Dwyane Wade Creates "Translatable" Community To Support Transgender Youth With Daughter Zaya

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NEW YORK, NEW YORK - MAY 06: (L-R) Dwyane Wade and Gabrielle Union attend The 2024 Met Gala Celebrating "Sleeping Beauties: Reawakening Fashion" at The Metropolitan Museum of Art on May 06, 2024 in New York City. (Photo by Marleen Moise/Getty Images)
Wade and Zaya make huge step forward with the announcement.

At the Make Good Famous Summit on Thursday, NBA Hall of Famer Dwyane Wade was presented with the Elevate Prize Catalyst Award for his urgent and vital work. Together with his 16-year-old daughter Zaya, he founded Translatable, an online community that is not just a support system but a lifeline for transgender children and their families. Wade's mission for this community is clear: "support growth, mental health, and well-being, and to spark conversations that lead to greater understanding and acceptance."

Wade will use the $250,000 in unrestricted funds he received from winning the Elevate Prize Catalyst Award to fund Translatable. Carolina García Jayaram, CEO of Elevate Prize Foundation, mentioned that her organization contributed an additional donation to the initiative. Dwyane Wade told the Associated Press, “The question was presented to [Zaya] as, 'If you have one thing that you want to see change in this community, what would it be?'" Wade continued, "And, for her, it goes right to parents. It goes right to the adults. It goes right to us. It's not the kids. It's us. And so she wanted to create a space that felt safe for parents and their kids. That's what Translatable is, and it's her baby."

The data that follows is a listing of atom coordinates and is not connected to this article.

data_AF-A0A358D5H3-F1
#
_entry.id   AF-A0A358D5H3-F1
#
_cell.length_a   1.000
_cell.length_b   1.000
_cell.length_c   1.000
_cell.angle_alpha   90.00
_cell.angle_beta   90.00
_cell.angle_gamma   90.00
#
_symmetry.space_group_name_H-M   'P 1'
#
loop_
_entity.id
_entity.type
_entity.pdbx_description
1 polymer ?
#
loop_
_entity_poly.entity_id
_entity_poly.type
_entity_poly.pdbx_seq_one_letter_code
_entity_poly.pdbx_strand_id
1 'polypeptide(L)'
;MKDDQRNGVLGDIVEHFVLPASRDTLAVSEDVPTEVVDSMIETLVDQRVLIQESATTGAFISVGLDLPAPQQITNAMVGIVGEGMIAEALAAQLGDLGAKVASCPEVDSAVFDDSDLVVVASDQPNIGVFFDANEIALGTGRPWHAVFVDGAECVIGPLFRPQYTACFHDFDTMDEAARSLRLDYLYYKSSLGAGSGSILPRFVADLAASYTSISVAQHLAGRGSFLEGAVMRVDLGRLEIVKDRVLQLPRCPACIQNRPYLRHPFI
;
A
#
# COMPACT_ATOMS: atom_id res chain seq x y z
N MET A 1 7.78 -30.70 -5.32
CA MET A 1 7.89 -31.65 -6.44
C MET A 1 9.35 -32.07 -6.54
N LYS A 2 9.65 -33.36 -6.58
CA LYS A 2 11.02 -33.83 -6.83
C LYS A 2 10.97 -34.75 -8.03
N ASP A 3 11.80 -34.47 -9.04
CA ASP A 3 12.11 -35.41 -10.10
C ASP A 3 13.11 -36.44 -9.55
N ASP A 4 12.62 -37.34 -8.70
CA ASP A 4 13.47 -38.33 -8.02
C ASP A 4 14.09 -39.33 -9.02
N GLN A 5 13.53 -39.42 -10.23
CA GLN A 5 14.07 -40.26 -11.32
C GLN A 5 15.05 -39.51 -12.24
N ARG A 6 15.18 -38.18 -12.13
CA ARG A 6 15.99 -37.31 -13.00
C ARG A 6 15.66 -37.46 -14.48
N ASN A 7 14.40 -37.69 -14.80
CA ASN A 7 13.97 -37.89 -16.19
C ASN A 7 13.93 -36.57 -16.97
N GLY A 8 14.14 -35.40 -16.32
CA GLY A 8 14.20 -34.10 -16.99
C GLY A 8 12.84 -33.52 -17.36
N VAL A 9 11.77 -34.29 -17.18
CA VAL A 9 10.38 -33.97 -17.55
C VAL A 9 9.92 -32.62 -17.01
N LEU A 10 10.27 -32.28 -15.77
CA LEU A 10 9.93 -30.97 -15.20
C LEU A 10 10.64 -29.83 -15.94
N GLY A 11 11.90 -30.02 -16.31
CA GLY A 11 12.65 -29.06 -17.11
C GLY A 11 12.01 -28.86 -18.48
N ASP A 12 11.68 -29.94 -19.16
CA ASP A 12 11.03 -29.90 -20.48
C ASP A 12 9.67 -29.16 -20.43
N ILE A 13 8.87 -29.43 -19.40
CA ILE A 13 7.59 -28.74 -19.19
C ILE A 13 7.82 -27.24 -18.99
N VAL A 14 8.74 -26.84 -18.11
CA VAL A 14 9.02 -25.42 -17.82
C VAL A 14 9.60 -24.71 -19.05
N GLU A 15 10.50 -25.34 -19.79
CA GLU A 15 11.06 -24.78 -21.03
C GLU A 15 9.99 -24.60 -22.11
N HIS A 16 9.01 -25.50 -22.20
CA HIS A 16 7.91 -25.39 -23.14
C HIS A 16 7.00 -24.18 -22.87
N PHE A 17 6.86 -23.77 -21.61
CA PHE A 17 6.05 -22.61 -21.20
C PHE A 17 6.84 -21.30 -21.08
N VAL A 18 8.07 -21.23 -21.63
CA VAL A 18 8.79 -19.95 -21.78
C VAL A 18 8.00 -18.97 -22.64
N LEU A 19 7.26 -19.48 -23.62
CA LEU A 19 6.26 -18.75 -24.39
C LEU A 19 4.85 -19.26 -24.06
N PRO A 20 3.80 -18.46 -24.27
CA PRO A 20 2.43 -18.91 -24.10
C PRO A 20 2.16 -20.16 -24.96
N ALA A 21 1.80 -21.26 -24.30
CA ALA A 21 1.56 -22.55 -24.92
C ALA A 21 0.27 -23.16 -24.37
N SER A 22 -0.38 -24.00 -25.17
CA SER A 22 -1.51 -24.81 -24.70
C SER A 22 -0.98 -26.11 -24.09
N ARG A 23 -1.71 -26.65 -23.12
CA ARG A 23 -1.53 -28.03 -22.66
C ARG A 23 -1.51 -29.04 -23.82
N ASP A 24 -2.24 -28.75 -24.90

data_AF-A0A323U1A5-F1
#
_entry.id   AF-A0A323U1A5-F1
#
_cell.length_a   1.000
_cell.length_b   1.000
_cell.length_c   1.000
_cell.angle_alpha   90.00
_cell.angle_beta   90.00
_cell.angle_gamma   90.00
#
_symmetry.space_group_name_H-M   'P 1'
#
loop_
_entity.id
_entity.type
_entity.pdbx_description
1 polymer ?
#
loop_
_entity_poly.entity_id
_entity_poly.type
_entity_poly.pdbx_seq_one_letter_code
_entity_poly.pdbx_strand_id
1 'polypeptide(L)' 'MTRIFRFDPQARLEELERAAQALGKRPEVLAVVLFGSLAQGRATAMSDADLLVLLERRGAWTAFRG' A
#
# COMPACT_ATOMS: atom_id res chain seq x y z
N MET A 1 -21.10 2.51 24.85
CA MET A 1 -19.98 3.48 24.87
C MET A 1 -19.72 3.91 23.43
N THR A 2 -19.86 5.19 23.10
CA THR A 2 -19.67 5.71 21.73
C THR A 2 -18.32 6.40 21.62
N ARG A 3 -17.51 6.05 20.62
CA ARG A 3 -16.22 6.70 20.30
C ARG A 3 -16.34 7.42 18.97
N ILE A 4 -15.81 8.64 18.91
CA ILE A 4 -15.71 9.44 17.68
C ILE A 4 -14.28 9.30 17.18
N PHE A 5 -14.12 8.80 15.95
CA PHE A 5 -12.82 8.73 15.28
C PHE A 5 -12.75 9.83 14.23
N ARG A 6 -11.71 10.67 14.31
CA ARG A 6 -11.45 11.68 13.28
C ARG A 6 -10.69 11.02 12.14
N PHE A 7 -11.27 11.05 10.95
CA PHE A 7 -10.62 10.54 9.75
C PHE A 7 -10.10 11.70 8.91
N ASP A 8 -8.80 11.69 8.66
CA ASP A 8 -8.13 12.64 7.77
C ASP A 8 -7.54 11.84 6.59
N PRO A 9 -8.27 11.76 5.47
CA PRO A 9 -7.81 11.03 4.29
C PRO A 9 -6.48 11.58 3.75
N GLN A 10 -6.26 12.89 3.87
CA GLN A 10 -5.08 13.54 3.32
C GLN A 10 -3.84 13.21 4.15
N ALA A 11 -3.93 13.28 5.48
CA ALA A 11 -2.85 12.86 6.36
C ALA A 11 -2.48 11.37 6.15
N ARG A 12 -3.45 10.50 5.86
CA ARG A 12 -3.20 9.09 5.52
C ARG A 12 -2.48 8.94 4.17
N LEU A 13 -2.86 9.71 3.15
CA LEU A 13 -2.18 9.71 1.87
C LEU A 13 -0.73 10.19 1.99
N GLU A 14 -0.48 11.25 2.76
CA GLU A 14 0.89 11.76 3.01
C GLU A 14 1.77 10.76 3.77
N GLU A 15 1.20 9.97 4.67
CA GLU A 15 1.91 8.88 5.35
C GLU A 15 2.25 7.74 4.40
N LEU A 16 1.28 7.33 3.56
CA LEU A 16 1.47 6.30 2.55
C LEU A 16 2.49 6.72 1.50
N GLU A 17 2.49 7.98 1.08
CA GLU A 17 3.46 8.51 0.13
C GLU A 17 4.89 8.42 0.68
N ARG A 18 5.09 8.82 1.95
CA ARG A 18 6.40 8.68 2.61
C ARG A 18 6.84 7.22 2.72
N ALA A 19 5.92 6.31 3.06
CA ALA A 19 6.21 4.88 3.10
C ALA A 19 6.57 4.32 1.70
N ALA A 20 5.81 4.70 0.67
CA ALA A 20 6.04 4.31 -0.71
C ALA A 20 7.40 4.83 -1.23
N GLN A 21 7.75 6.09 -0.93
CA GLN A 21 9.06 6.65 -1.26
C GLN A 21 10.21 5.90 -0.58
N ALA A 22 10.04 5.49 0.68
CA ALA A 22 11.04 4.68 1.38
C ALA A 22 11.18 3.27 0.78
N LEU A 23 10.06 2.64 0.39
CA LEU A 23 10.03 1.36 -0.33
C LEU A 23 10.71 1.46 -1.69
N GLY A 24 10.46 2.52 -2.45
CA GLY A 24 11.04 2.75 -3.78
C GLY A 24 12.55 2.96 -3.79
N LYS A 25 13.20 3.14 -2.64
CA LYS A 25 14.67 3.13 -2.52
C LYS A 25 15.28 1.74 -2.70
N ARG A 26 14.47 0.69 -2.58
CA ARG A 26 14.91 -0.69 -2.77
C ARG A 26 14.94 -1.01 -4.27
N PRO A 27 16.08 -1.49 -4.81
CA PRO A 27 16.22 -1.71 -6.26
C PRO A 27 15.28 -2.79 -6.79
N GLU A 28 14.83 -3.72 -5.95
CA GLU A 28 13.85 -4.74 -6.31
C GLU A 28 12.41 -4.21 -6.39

Dwyane Wade Creates 'Translatable' With The Help Of His Daughter Zaya

As a result of anti-trans laws in the state of Florida,Dwyane Wade, who lived and played for the Miami Heat for nearly his whole playing career, moved his family to California following Zaya's 2020 announcement of her gender identity. "We've done so many great things here so it wasn't easy to leave," he said of the move. "But the community wasn't here for Zaya, so the community wasn't here for us." 

With an emphasis on assisting communities of color, Translatable will be launched in Florida with backing from The Trevor Project and the Human Rights Campaign. "We understand that in this state that not everyone thinks the way some others think," Wade noted. "Like most things in life, once you get to know them, you have more ability to be understanding. And so if you don't want to know them, then you stay ignorant in a sense."


About The Author
Jamil David is a Sports and pop culture writer based in Houston Tx. Jamil is a Sports Writer For HNHH, covering everything from the NBA to the NFL and everything in between.